||Issue No. 322||01 September 2006|
Justice, Applied Liberally
Interview: Australia’s Most Wanted
Industrial: The Fox and the Contractor
Unions: Industrial Wasteland
International: Two Bob's Worth
Economics: National Interest
Environment: The Real Dinosaur
History: Only In Spain?
Review: Clerk Off
Building Workers Spooked
Workers Online understands some of the 107 construction workers charged with striking illegally, in support of a sacked delegate, recognised two Building Industry Commission officers, at the rally, dressed in “Howard Out” t-shirts.
WA CFMEU secretary, Kevin Reynolds, said his union was investigating the claims.
"We have heard those reports but we are not making any comments," Reynolds said. "They may have been there to support us, although it seems doubtful.
"We wouldn't be surprised by anything these people did. However, we believe you should have hard evidence before make you make allegations against people."
The Commission has been given sweeping coercive powers and a multi-million budget to push Canberra's anti-building worker campaign.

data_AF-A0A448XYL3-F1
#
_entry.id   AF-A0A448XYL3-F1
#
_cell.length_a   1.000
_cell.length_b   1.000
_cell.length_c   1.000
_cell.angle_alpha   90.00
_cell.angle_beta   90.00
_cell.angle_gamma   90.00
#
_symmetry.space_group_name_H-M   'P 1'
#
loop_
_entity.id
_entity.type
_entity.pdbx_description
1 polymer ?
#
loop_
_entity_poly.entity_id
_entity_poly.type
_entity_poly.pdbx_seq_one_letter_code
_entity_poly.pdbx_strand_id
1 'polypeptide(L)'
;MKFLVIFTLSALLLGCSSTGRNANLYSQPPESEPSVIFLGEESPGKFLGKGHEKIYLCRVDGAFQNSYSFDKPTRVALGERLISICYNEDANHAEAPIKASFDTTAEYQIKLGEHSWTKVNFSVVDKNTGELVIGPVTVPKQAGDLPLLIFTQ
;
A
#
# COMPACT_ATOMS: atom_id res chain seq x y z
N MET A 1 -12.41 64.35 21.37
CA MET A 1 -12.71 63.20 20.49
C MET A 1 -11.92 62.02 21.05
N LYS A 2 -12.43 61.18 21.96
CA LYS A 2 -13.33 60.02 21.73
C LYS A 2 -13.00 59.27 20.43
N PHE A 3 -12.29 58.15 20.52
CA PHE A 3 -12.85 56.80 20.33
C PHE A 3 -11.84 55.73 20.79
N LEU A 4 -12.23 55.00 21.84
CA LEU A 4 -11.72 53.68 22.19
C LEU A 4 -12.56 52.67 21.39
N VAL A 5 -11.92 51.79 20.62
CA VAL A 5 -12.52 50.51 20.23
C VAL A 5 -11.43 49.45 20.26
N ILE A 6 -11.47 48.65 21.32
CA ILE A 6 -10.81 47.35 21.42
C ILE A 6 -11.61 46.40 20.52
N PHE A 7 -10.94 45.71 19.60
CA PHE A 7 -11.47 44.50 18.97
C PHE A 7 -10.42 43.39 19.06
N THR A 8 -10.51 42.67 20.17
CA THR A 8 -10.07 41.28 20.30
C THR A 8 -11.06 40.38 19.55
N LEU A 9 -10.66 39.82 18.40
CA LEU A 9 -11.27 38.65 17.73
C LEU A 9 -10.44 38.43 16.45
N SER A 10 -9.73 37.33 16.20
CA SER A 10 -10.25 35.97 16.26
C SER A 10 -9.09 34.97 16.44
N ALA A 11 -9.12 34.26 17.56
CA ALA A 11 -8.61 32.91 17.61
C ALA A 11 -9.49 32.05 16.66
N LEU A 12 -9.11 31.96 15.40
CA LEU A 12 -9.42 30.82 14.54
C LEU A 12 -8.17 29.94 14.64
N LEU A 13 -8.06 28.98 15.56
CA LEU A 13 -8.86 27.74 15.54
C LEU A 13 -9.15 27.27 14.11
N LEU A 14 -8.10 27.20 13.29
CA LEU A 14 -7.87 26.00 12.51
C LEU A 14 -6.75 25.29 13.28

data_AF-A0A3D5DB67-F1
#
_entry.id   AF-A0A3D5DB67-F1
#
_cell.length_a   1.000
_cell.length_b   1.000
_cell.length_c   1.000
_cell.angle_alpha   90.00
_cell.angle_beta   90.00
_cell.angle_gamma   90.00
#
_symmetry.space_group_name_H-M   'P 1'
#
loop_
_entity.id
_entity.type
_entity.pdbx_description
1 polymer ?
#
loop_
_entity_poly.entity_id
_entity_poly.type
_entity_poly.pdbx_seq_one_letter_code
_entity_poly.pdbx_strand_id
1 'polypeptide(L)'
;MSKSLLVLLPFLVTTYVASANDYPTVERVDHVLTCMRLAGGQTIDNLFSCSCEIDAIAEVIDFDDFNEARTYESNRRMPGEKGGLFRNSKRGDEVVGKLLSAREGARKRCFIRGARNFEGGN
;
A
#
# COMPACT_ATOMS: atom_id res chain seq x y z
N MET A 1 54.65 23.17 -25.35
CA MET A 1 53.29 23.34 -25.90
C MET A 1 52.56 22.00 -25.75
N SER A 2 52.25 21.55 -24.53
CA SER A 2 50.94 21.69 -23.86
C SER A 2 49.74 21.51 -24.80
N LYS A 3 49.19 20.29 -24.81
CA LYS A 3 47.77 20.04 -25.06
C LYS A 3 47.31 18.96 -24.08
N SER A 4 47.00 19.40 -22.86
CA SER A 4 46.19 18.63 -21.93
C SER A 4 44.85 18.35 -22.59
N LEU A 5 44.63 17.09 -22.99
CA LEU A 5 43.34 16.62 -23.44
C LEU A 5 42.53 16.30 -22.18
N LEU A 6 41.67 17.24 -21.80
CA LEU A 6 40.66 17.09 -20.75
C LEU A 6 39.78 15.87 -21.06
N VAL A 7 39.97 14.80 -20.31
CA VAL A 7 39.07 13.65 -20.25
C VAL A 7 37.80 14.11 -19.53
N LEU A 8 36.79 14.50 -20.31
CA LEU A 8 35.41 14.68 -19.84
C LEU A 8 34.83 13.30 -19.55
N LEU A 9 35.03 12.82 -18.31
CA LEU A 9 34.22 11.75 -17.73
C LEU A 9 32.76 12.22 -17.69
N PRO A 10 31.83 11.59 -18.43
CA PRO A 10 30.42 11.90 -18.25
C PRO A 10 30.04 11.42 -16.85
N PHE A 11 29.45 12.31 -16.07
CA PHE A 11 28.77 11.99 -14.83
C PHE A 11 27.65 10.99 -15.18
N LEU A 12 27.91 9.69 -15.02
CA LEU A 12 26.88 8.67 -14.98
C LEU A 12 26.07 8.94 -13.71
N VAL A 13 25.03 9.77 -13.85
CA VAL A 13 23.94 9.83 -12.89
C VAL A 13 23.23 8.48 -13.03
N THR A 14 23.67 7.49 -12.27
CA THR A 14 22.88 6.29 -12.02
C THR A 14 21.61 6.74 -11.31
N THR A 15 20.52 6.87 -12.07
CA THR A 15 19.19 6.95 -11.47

Its predecessor, the Building Industry Taskforce, secretly recorded people at work and its methods were criticised by judges in the Supreme and Federal courts.
Former Taskforce boss and Commission 2-I-C, former federal policeman Nigel Hadgkiss, laid charges that could result in $28,600 fines against 107 rank and file workers from the Perth-Mandurah rail project.
The Taskforce asked the court to force all defence summaries to be filed within a fortnight and for the ability to undertake substituted services. It claims it still can't find more than 30 of the people it wants to charge.
Justice Nicholson adjourned the case until November 1.
Last Tuesday's court appearances sparked widespread defiance of federal anti-strike laws.
Between 2000-3000 supporters rallied in Perth while thousands more marched in Sydney, Melbourne, Wollongong and Newcastle.
Internet solidarity campaigns have been overwhelmed by supporters from Australia and overseas.
The UK-based LabourStart website reported 3800 messages of support for the Perth 107 within 72 hours. Site operators said large numbers of messages were being received from Norway, Canada, Ireland, the UK, US and New Zealand.
Meanwhile, a solidarity site being operated by the ACTU achieved its target of 5000 messages within 48 hours of going online. The ACTU extended its target to 6000 and had recorded 5450 message, complete with email addresses, last Thursday.
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